Beyond Meat strikes deals with McDonald’s, Yum but shares fall on wider quarterly loss

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Beyond Meat “Beyond Burger” patties made from plant-based substitutes for meat products sit on a shelf for sale in New York City.

Angela Weiss | AFP | Getty Images

Beyond Meat on Thursday announced that it has struck deals with fast-food giants McDonald’s and Yum Brands, sending shares up 7% in extended trading.

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The company separately reported a bigger-than-expected quarterly loss as the cost of global expansion and weak restaurant sales weighed on the business. Shares of the company initially fell 6% in extended trading on the earnings report before turning positive on the hopes that the new restaurant deals will fuel growth.

Here’s what the company reported compared with what Wall Street was expecting, based on a survey of analysts by Refinitiv:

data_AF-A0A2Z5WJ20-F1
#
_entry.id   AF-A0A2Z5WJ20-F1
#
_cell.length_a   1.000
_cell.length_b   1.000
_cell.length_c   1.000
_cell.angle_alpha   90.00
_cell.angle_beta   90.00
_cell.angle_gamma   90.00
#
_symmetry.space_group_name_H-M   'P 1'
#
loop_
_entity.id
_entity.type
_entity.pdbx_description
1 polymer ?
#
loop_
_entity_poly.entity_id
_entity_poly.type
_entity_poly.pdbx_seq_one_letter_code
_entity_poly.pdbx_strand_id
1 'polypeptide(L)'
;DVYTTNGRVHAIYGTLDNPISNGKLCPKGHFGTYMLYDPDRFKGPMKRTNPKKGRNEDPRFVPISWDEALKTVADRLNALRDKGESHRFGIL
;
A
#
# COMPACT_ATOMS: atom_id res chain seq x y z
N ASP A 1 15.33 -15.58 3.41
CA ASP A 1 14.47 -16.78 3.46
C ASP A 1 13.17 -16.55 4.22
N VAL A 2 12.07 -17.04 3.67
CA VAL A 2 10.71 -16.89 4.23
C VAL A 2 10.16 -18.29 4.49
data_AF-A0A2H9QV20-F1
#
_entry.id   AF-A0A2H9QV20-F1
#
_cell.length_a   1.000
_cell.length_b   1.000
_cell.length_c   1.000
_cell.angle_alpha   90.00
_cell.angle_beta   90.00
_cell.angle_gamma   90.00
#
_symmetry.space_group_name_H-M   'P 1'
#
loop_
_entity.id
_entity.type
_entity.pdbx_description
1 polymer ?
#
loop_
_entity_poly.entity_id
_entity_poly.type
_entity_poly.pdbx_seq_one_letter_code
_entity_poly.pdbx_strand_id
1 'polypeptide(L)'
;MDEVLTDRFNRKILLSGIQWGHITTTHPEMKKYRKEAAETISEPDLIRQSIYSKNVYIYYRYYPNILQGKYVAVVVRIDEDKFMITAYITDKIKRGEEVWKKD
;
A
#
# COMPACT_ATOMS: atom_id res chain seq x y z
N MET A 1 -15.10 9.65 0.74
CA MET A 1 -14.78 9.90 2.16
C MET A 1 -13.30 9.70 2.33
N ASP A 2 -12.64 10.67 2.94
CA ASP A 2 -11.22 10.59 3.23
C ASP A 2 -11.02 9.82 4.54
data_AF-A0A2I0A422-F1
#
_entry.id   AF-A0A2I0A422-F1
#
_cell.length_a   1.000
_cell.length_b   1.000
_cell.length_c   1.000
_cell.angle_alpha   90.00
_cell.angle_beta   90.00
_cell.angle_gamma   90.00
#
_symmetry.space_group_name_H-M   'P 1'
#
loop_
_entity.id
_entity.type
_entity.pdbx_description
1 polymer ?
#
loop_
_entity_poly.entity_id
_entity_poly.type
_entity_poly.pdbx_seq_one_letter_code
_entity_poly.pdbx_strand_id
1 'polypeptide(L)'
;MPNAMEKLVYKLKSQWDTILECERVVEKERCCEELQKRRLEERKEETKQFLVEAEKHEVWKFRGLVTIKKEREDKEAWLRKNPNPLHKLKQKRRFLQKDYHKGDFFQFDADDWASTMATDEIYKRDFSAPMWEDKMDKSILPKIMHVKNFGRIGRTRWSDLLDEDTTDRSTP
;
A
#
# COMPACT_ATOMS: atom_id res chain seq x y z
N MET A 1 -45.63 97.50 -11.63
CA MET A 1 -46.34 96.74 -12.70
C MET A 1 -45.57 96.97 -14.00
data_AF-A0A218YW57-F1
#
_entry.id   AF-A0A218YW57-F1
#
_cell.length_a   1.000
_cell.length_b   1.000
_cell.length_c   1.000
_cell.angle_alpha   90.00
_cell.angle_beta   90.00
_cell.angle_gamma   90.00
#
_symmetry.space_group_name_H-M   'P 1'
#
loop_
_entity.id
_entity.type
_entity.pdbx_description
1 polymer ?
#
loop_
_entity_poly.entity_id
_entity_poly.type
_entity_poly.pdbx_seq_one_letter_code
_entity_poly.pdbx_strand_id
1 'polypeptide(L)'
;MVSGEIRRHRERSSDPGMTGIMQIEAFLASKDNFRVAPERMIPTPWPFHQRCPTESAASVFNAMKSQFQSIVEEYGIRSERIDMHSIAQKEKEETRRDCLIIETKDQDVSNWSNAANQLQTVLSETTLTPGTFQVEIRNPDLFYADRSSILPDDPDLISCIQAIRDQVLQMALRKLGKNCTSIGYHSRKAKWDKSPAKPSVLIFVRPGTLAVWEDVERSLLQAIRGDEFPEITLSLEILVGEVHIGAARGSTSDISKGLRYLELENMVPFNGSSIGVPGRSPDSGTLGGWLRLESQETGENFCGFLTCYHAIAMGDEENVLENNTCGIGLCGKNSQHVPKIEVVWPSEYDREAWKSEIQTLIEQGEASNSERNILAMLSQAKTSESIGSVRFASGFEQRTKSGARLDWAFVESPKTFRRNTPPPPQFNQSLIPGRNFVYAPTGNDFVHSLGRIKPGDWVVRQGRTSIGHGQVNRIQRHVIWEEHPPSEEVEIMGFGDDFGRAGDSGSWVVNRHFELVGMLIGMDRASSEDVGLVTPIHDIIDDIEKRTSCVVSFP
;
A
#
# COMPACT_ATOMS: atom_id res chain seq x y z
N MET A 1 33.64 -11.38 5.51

• Loss per share: 34 cents adjusted vs. 13 cents expected
  • Revenue: $101.9 million vs. $103.2 million expected

The company reported its fiscal fourth-quarter net loss of $25.1 million, or 40 cents per share, widened to a loss of $452,000, or 1 cent per share, a year earlier.

Excluding expenses attributed to the pandemic, Beyond lost 34 cents per share, wider than the loss of 13 cents per share expected by analysts surveyed by Refinitiv.

Net sales rose 3.5% to $101.9 million, missing expectations of $103.2 million.

Under the new three-year deal with McDonald’s, Beyond will be the preferred patty supplier for its McPlant burger, which is being tested in some markets globally. McDonald’s and Beyond will also work together to develop new substitutes for pork, chicken and egg.

Likewise, Beyond and Yum will work together to make exclusive menu items for KFC, Taco Bell and Pizza Hut over the next several years.

Financial terms for both strategic partnerships were not disclosed.

Beyond Meat declined to provide an outlook for 2021, citing the uncertainty caused by the pandemic.

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